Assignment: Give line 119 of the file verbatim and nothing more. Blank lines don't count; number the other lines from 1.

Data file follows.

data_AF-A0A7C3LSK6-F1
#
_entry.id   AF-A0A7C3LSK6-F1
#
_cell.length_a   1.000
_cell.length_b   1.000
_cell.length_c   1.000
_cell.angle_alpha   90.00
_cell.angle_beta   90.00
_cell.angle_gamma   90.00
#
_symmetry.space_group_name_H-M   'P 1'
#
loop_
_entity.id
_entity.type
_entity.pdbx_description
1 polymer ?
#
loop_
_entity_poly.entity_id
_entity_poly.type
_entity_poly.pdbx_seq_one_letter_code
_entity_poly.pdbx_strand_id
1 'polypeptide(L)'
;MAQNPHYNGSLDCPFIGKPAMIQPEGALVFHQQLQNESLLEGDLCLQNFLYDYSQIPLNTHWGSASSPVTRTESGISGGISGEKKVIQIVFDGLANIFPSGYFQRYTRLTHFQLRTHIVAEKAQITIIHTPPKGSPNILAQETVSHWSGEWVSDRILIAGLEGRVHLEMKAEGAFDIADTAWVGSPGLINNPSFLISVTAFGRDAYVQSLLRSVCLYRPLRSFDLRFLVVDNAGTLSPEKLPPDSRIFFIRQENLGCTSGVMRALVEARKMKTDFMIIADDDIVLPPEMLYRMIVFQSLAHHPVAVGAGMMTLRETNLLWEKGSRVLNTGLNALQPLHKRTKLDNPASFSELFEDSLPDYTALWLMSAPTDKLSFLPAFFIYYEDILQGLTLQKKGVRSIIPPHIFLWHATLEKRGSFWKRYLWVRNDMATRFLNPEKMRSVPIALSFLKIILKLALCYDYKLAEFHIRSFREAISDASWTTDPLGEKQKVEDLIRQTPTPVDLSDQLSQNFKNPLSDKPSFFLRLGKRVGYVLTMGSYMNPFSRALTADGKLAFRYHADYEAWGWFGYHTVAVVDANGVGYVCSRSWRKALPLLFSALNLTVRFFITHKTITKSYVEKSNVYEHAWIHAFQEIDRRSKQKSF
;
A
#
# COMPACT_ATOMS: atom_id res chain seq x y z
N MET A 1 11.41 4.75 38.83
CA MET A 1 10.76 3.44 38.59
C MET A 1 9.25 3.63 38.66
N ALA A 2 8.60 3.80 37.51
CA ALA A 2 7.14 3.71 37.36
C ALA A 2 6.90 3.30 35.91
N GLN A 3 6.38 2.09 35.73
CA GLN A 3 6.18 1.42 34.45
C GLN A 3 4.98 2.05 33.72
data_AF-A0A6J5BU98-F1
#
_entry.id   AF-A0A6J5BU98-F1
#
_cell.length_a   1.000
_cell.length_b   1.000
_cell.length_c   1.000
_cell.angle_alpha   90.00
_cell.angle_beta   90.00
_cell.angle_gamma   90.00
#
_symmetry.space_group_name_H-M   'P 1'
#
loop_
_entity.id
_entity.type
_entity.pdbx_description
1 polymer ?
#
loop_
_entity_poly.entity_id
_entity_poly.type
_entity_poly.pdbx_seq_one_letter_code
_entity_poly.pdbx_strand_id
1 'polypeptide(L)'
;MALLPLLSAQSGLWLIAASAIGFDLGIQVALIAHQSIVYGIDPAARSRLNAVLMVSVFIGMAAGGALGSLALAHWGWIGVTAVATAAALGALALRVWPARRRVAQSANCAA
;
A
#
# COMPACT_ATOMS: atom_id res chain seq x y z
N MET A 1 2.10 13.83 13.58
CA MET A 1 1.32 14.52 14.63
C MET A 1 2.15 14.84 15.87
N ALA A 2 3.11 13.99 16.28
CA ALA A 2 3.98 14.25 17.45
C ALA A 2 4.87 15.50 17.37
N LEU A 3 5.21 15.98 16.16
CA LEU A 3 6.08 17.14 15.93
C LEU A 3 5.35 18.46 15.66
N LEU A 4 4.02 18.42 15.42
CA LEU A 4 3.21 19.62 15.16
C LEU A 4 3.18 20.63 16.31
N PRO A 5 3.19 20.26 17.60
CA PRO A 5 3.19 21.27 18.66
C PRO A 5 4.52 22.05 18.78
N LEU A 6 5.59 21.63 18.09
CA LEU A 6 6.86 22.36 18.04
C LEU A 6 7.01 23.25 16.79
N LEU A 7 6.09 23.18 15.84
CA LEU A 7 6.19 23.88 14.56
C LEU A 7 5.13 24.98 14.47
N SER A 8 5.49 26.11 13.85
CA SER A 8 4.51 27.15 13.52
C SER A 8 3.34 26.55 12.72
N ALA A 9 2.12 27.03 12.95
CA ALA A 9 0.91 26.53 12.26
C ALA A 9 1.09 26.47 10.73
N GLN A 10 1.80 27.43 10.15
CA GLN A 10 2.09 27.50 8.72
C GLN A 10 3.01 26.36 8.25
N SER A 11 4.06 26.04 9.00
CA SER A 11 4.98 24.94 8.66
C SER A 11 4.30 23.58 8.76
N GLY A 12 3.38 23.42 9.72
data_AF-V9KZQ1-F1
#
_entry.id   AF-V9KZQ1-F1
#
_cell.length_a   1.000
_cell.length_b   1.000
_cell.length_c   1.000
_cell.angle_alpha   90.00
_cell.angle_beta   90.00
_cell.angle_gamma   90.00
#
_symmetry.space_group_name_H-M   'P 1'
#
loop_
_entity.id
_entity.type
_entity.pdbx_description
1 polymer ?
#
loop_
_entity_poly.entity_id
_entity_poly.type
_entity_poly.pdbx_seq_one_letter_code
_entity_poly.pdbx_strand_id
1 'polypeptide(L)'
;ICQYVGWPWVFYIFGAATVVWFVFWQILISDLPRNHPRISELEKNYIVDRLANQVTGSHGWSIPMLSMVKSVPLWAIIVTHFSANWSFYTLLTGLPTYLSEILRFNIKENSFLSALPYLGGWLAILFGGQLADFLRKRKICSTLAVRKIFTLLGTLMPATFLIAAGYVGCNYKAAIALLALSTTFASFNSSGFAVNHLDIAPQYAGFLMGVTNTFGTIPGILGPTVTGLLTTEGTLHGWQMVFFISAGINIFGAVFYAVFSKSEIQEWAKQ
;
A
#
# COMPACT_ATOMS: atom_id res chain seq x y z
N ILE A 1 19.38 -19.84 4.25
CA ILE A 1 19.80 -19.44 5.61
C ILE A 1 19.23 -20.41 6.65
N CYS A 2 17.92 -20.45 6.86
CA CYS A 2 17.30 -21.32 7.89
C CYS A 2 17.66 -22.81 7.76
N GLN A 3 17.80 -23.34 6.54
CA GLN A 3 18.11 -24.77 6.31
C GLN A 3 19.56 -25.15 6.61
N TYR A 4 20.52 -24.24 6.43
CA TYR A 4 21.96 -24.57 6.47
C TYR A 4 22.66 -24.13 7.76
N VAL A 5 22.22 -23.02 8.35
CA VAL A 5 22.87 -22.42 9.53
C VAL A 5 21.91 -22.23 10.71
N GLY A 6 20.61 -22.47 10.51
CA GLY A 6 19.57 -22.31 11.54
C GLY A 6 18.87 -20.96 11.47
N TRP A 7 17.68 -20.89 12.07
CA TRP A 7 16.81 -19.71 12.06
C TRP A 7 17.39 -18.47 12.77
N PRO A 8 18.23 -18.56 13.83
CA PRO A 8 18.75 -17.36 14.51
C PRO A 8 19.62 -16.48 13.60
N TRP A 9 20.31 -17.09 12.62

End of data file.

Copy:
_entity.type